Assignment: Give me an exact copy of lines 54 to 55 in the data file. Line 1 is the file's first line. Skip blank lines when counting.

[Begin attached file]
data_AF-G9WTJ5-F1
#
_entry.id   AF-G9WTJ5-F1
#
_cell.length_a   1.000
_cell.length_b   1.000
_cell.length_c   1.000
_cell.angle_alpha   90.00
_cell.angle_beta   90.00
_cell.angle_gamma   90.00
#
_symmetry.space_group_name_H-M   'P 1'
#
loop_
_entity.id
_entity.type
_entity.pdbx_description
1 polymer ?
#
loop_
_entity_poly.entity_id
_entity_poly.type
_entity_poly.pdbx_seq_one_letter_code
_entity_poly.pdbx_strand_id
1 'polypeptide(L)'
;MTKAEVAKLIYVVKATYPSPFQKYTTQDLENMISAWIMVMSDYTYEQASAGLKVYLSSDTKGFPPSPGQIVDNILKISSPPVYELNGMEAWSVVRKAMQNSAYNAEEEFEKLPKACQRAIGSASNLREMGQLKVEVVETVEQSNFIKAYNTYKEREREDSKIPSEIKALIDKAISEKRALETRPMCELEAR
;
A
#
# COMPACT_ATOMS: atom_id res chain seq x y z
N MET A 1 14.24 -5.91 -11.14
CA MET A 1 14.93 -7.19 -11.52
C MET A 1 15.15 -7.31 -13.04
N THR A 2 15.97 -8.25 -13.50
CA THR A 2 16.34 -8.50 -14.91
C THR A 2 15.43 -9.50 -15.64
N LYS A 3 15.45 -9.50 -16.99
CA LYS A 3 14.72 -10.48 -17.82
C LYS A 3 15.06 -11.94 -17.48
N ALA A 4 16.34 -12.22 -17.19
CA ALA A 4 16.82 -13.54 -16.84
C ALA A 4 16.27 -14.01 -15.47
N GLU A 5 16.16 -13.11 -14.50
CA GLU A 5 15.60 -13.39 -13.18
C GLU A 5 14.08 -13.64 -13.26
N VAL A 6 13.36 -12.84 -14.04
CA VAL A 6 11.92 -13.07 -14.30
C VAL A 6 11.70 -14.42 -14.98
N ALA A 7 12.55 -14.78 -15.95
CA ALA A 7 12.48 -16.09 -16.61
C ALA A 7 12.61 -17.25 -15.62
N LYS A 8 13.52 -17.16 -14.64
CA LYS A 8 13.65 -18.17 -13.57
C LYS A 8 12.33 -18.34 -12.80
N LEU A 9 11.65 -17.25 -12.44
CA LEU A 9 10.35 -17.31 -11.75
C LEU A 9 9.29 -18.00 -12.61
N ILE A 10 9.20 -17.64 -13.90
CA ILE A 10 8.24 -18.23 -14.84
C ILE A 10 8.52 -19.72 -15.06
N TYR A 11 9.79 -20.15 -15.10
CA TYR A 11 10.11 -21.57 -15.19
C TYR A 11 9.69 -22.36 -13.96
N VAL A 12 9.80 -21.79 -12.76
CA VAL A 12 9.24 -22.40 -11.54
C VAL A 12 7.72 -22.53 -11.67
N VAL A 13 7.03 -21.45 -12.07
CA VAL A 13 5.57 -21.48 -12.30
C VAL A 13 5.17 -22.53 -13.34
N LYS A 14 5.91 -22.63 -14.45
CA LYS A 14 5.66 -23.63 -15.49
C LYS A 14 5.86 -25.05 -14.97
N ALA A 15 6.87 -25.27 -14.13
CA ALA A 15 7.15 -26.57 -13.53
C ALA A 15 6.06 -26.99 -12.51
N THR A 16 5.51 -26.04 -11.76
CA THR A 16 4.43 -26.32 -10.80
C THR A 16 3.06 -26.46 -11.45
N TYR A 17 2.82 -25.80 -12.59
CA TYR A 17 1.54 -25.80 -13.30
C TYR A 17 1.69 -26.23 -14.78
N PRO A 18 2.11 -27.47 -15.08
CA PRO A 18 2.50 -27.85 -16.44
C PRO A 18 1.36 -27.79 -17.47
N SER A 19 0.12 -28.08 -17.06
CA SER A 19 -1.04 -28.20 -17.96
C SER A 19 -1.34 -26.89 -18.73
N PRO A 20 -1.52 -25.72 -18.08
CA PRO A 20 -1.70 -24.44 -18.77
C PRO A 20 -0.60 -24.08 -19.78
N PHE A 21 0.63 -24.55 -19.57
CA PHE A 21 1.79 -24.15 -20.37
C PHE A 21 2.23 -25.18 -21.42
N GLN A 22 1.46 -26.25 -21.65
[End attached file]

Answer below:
C LYS A 8 12.33 -18.34 -12.80
N LEU A 9 11.65 -17.25 -12.44